… that, mirable visu, the west (some call it “south”) lane of the Bridge Street bridge has been completed. Maybe when the whole thing is completed, folks can gather and sing their own rendition of “Feelin’ Groovy,” Simon and Garfunkle’s “59th Street Bridge Song.”
… that sidewalk improvements are coming to Central Street via a contract between the City and Infrastructure Engineering Inc. of Chicago. According to the City, streetscape and sidewalk improvements will be completed along Central from Hartrey to Green Bay, along Green Bay from Harrison to Isabella, along Prairie from Harrison to Central, along Harrison from Prairie to Green Bay and along Central from Green Bay to Eastwood. The company will also conduct “intersection evaluations” at Central/Green Bay, Central/Poplar /Broadway (long a challenge); and both legs of the Central/Prairie junctions. And it will conduct a “traffic impact study and analysis” for Central from Hartrey to Eastwood and for Green Bay from McCormick to Isabella. Among the improvements will be repairs of curbs and gutters, installation of ADA accessible ramps at the streets intersections, road-base repair, underground utilities repair, removal of old asphalt surface and installation of new asphalt pavement.
… that the City has selected the street segments slated for resurfacing with motor-fuel tax funds. These selections were based on the “street’s condition ratings by the City’s pavement management consultant, aldermanic requests, citizen input and the Public Works Department field inspection,” according to the City. Here are the street segments whose repairs were approved last fall: Colfax from Marcy to Central Park; Dartmouth Place from Orrington to Sheridan; Darrow from Foster to Simpson and from Mulford to Kirk; Dobson from Grey to Dodge; Florence from Kirk to the dead end north; Forest from South to Keeney; Fowler from Greenleaf to Dempster; Grant from Ewing to Bennett; Grey from Cleveland to Washington; Hamlin from Maple to Sherman; Hartrey from Grant to Lincoln; Sherman from Madison to Main; Simpson from Green Bay to Wesley; Wade from the dead-end west to Leland (that description might be superfluous, since there is only one block of Wade and Wesley from Greenleaf to Crain.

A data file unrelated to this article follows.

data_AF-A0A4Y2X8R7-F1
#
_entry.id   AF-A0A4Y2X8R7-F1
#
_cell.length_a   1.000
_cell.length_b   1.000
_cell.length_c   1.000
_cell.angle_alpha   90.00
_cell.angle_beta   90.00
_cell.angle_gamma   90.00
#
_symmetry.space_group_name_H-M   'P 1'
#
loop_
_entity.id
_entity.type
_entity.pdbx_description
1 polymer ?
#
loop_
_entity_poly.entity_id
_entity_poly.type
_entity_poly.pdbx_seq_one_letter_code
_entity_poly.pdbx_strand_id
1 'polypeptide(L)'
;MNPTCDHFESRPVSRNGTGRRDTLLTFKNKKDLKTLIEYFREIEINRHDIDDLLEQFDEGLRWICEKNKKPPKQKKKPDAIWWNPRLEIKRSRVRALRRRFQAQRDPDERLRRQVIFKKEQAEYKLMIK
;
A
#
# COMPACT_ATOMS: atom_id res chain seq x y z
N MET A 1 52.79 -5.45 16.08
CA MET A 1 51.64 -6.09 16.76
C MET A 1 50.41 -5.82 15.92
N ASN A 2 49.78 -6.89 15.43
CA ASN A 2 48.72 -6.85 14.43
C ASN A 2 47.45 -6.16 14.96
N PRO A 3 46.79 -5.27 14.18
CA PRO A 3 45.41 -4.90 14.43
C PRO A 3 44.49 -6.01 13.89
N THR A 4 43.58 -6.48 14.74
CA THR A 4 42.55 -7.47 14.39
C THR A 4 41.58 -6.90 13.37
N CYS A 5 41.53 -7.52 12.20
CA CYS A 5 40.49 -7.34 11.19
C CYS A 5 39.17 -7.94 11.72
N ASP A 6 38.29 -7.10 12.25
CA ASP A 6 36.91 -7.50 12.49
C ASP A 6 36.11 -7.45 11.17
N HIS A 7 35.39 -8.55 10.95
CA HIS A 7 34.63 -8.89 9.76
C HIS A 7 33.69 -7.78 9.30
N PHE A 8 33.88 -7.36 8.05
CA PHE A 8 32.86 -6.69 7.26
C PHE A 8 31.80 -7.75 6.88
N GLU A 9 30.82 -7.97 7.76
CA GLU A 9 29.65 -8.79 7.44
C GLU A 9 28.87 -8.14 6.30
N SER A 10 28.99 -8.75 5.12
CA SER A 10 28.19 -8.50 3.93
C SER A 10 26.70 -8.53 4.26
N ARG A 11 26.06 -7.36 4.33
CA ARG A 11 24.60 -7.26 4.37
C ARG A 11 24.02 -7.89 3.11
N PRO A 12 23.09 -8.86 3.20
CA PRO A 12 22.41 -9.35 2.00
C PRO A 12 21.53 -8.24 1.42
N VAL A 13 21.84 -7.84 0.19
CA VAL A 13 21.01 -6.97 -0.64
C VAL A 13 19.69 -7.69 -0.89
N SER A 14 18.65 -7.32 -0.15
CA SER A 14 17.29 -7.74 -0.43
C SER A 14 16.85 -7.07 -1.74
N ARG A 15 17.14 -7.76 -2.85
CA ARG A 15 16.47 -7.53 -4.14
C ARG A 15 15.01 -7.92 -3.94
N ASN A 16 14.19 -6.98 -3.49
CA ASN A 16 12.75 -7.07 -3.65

From our readers: TG: Let me add my two cents in the snarky vs. soft issue.
Snarky wins the day hands down. I, too, thought the column was becoming way
too soft with only infrequent tough criticism.
As far as I’m concerned, The Traffic Guy is routinely the most important, informative column in the paper. It certainly has exposed so much of the irrationality in Evanston’s operations, requesting clarification when needed and calling aldermen and others on some of their questionable actions and decisions.
It is way past time for our absorption with political correctness to be challenged and modified. It appears to me that instead of creating a kinder and gentler community, it has backfired and led to angry, frustrated folks. There is absolutely no need for hurtful comments, but instead, realistic approaches … that may be snarky … make those responsible for poor management, sit up and take responsibility for their actions and, hopefully, reflect on why they were elected.
Keep up the snark! – Kathryn B. Mark
The Traffic Guy thinks …
… that underground cables for utilities seem like a good way to go. Particularly for ComEd it makes sense, because a goodly percent of power outages here are caused by animals or tree limbs on the wires.